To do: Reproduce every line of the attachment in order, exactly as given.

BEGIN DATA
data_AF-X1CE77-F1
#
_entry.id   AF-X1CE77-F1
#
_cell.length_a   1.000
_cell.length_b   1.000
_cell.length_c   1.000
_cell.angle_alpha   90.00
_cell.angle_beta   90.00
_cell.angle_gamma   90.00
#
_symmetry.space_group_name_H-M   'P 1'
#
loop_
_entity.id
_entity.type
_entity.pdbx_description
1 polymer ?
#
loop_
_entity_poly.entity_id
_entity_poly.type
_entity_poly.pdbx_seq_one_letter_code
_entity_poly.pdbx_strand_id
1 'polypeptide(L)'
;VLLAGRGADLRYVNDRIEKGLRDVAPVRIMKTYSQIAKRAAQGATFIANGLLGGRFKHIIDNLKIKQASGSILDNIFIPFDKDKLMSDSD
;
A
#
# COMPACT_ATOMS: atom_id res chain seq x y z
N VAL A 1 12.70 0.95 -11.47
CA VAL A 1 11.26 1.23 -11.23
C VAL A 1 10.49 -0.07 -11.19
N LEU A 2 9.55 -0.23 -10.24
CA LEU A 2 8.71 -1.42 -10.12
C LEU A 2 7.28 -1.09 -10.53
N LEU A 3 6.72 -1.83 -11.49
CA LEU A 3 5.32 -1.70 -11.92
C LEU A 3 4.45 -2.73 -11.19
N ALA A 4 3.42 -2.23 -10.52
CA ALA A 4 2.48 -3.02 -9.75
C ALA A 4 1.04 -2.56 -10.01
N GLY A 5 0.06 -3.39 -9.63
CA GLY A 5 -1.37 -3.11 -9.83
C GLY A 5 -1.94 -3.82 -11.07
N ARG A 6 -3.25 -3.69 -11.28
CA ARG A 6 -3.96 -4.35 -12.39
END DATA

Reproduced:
data_AF-X1CE77-F1
#
_entry.id   AF-X1CE77-F1
#
_cell.length_a   1.000
_cell.length_b   1.000
_cell.length_c   1.000
_cell.angle_alpha   90.00
_cell.angle_beta   90.00
_cell.angle_gamma   90.00
#
_symmetry.space_group_name_H-M   'P 1'
#
loop_
_entity.id
_entity.type
_entity.pdbx_description
1 polymer ?
#
loop_
_entity_poly.entity_id
_entity_poly.type
_entity_poly.pdbx_seq_one_letter_code
_entity_poly.pdbx_strand_id
1 'polypeptide(L)'
;VLLAGRGADLRYVNDRIEKGLRDVAPVRIMKTYSQIAKRAAQGATFIANGLLGGRFKHIIDNLKIKQASGSILDNIFIPFDKDKLMSDSD
;
A
#
# COMPACT_ATOMS: atom_id res chain seq x y z
N VAL A 1 12.70 0.95 -11.47
CA VAL A 1 11.26 1.23 -11.23
C VAL A 1 10.49 -0.07 -11.19
N LEU A 2 9.55 -0.23 -10.24
CA LEU A 2 8.71 -1.42 -10.12
C LEU A 2 7.28 -1.09 -10.53
N LEU A 3 6.72 -1.83 -11.49
CA LEU A 3 5.32 -1.70 -11.92
C LEU A 3 4.45 -2.73 -11.19
N ALA A 4 3.42 -2.23 -10.52
CA ALA A 4 2.48 -3.02 -9.75
C ALA A 4 1.04 -2.56 -10.01
N GLY A 5 0.06 -3.39 -9.63
CA GLY A 5 -1.37 -3.11 -9.83
C GLY A 5 -1.94 -3.82 -11.07
N ARG A 6 -3.25 -3.69 -11.28
CA ARG A 6 -3.96 -4.35 -12.39